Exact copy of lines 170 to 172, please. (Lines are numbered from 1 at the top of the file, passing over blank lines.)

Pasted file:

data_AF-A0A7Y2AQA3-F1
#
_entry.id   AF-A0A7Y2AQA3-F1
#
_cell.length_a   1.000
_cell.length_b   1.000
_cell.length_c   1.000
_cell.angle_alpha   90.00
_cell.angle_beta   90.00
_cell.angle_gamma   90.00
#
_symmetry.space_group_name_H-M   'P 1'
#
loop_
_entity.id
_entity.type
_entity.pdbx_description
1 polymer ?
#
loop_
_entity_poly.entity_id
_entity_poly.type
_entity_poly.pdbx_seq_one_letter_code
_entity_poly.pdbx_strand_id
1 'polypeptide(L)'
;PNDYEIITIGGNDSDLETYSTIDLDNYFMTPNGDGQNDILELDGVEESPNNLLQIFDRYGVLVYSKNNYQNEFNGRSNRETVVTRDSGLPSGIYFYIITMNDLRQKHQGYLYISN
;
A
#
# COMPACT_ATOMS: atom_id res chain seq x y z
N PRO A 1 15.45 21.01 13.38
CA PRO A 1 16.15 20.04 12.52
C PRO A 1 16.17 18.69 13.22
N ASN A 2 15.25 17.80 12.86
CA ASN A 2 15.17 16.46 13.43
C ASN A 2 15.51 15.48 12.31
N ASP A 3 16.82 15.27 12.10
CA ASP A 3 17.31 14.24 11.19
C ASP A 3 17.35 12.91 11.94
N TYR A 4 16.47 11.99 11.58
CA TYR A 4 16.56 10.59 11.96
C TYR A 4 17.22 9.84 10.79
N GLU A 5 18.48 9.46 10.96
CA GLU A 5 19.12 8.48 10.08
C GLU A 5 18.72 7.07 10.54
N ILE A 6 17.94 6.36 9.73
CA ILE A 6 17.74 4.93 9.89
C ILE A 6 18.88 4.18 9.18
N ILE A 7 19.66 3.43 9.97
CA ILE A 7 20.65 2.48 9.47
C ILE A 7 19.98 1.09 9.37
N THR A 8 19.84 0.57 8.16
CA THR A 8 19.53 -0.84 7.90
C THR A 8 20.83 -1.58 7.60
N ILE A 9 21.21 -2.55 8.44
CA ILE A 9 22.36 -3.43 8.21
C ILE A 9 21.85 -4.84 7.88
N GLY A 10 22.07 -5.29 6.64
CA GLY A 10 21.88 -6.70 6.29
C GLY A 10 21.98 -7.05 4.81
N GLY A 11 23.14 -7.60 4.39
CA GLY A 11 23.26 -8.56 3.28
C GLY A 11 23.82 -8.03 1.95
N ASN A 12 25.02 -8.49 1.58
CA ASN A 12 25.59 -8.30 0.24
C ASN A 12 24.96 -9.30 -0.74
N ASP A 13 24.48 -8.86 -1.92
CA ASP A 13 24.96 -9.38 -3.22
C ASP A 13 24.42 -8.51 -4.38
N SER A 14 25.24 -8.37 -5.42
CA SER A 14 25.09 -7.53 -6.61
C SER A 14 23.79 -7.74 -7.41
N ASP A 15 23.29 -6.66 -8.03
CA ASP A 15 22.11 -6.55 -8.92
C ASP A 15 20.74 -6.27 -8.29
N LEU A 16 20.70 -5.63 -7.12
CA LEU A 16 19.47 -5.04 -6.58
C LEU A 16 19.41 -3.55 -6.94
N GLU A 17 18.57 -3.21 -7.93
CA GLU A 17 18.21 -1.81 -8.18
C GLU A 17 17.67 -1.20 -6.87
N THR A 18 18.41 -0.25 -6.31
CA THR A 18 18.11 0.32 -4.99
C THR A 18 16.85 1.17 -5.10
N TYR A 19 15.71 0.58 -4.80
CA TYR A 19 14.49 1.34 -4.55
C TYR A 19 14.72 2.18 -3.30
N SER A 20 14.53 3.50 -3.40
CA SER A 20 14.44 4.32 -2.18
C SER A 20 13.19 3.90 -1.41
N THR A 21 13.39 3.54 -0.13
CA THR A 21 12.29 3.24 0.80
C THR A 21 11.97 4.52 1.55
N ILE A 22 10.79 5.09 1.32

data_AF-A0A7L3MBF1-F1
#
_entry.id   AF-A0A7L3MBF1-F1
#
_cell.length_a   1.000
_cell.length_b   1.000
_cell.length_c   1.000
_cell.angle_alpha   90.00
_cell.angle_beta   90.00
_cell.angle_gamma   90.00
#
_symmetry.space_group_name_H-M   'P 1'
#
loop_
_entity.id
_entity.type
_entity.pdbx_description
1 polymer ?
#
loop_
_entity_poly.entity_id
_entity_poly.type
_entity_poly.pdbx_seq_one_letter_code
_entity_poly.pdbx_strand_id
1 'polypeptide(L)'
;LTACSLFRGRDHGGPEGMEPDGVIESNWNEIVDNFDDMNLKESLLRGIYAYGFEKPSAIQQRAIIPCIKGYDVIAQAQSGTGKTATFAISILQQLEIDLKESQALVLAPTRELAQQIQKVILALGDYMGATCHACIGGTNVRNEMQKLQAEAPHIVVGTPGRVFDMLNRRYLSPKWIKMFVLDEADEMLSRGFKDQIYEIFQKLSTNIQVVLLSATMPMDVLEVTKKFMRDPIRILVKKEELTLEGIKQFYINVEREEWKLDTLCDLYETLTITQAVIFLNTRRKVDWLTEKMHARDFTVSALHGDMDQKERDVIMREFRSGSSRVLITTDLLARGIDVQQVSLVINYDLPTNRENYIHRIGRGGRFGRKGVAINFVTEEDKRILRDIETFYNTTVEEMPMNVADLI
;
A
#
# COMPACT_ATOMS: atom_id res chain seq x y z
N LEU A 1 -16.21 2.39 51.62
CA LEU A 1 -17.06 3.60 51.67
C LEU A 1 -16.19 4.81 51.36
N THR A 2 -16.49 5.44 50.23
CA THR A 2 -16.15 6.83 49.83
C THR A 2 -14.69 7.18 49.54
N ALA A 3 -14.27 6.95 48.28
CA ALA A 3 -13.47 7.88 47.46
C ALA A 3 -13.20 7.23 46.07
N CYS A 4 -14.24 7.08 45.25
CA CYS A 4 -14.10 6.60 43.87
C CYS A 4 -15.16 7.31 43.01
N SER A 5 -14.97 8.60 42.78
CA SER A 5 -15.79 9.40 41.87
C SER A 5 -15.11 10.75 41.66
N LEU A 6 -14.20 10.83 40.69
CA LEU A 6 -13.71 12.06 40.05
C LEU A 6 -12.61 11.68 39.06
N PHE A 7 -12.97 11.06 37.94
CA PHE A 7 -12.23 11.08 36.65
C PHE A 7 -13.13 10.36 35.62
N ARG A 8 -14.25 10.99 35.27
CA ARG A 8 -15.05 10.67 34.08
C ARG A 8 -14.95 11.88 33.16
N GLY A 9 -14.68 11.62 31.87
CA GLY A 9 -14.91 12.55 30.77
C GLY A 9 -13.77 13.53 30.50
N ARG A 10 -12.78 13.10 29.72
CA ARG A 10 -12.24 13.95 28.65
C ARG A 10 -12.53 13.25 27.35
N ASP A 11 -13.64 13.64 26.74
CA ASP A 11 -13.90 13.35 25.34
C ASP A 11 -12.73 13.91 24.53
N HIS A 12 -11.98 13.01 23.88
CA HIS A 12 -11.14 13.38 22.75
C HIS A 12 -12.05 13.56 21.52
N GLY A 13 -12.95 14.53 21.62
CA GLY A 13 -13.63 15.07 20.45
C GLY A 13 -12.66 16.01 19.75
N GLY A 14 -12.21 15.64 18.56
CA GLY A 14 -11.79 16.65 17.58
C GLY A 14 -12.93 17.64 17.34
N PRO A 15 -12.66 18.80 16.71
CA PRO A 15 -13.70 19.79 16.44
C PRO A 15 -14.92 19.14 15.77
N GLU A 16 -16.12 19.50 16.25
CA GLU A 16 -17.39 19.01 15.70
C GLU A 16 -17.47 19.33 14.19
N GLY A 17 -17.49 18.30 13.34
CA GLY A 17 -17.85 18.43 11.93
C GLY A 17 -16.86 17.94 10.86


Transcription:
N GLU A 16 -16.12 19.50 16.25
CA GLU A 16 -17.39 19.01 15.70
C GLU A 16 -17.47 19.33 14.19